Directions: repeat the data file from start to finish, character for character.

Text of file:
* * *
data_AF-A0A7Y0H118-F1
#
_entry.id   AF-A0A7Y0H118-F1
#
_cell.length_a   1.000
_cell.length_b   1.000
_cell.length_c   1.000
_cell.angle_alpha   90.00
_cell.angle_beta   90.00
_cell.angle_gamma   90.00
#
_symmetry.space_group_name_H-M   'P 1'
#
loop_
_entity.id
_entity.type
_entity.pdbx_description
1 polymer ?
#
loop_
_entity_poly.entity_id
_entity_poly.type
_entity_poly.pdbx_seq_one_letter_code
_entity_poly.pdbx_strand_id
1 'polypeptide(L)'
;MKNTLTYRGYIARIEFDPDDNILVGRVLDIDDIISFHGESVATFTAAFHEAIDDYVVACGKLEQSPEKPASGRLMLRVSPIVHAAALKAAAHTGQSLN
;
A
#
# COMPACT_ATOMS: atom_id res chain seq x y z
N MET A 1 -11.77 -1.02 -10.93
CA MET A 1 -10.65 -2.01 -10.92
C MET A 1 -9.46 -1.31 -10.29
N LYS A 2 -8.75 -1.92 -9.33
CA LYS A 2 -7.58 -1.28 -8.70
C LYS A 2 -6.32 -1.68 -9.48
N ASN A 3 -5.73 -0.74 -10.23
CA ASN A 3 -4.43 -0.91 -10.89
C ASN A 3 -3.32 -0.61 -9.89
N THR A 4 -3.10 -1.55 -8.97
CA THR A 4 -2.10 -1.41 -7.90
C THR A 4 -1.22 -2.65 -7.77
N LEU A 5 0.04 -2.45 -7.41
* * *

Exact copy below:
data_AF-A0A7Y0H118-F1
#
_entry.id   AF-A0A7Y0H118-F1
#
_cell.length_a   1.000
_cell.length_b   1.000
_cell.length_c   1.000
_cell.angle_alpha   90.00
_cell.angle_beta   90.00
_cell.angle_gamma   90.00
#
_symmetry.space_group_name_H-M   'P 1'
#
loop_
_entity.id
_entity.type
_entity.pdbx_description
1 polymer ?
#
loop_
_entity_poly.entity_id
_entity_poly.type
_entity_poly.pdbx_seq_one_letter_code
_entity_poly.pdbx_strand_id
1 'polypeptide(L)'
;MKNTLTYRGYIARIEFDPDDNILVGRVLDIDDIISFHGESVATFTAAFHEAIDDYVVACGKLEQSPEKPASGRLMLRVSPIVHAAALKAAAHTGQSLN
;
A
#
# COMPACT_ATOMS: atom_id res chain seq x y z
N MET A 1 -11.77 -1.02 -10.93
CA MET A 1 -10.65 -2.01 -10.92
C MET A 1 -9.46 -1.31 -10.29
N LYS A 2 -8.75 -1.92 -9.33
CA LYS A 2 -7.58 -1.28 -8.70
C LYS A 2 -6.32 -1.68 -9.48
N ASN A 3 -5.73 -0.74 -10.23
CA ASN A 3 -4.43 -0.91 -10.89
C ASN A 3 -3.32 -0.61 -9.89
N THR A 4 -3.10 -1.55 -8.97
CA THR A 4 -2.10 -1.41 -7.90
C THR A 4 -1.22 -2.65 -7.77
N LEU A 5 0.04 -2.45 -7.41